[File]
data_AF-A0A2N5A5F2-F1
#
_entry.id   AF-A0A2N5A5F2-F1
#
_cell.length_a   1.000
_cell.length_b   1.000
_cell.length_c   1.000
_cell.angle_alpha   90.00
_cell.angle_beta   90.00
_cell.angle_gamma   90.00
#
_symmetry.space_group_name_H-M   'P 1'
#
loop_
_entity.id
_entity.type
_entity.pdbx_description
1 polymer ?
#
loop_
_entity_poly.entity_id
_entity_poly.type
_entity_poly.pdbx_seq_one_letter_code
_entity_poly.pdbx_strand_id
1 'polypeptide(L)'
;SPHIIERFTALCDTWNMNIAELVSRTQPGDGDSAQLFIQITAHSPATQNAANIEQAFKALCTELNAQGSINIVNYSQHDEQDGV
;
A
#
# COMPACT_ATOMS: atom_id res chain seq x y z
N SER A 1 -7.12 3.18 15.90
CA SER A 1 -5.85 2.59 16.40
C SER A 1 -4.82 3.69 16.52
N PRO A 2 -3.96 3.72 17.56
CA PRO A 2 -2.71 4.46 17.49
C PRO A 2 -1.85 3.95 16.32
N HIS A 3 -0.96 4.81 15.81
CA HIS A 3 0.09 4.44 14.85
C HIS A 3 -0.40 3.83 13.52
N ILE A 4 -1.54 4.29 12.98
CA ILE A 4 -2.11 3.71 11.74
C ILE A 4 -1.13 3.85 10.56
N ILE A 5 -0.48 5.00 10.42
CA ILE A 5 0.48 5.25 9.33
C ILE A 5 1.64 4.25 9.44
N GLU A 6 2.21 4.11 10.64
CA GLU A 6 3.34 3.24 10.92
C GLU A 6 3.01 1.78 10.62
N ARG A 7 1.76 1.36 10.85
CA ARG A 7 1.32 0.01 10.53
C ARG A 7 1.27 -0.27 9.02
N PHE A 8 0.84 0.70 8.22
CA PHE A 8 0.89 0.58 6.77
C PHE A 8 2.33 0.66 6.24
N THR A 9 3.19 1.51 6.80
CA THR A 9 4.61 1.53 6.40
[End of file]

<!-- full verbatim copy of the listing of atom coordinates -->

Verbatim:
data_AF-A0A2N5A5F2-F1
#
_entry.id   AF-A0A2N5A5F2-F1
#
_cell.length_a   1.000
_cell.length_b   1.000
_cell.length_c   1.000
_cell.angle_alpha   90.00
_cell.angle_beta   90.00
_cell.angle_gamma   90.00
#
_symmetry.space_group_name_H-M   'P 1'
#
loop_
_entity.id
_entity.type
_entity.pdbx_description
1 polymer ?
#
loop_
_entity_poly.entity_id
_entity_poly.type
_entity_poly.pdbx_seq_one_letter_code
_entity_poly.pdbx_strand_id
1 'polypeptide(L)'
;SPHIIERFTALCDTWNMNIAELVSRTQPGDGDSAQLFIQITAHSPATQNAANIEQAFKALCTELNAQGSINIVNYSQHDEQDGV
;
A
#
# COMPACT_ATOMS: atom_id res chain seq x y z
N SER A 1 -7.12 3.18 15.90
CA SER A 1 -5.85 2.59 16.40
C SER A 1 -4.82 3.69 16.52
N PRO A 2 -3.96 3.72 17.56
CA PRO A 2 -2.71 4.46 17.49
C PRO A 2 -1.85 3.95 16.32
N HIS A 3 -0.96 4.81 15.81
CA HIS A 3 0.09 4.44 14.85
C HIS A 3 -0.40 3.83 13.52
N ILE A 4 -1.54 4.29 12.98
CA ILE A 4 -2.11 3.71 11.74
C ILE A 4 -1.13 3.85 10.56
N ILE A 5 -0.48 5.00 10.42
CA ILE A 5 0.48 5.25 9.33
C ILE A 5 1.64 4.25 9.44
N GLU A 6 2.21 4.11 10.64
CA GLU A 6 3.34 3.24 10.92
C GLU A 6 3.01 1.78 10.62
N ARG A 7 1.76 1.36 10.85
CA ARG A 7 1.32 0.01 10.53
C ARG A 7 1.27 -0.27 9.02
N PHE A 8 0.84 0.70 8.22
CA PHE A 8 0.89 0.58 6.77
C PHE A 8 2.33 0.66 6.24
N THR A 9 3.19 1.51 6.80
CA THR A 9 4.61 1.53 6.40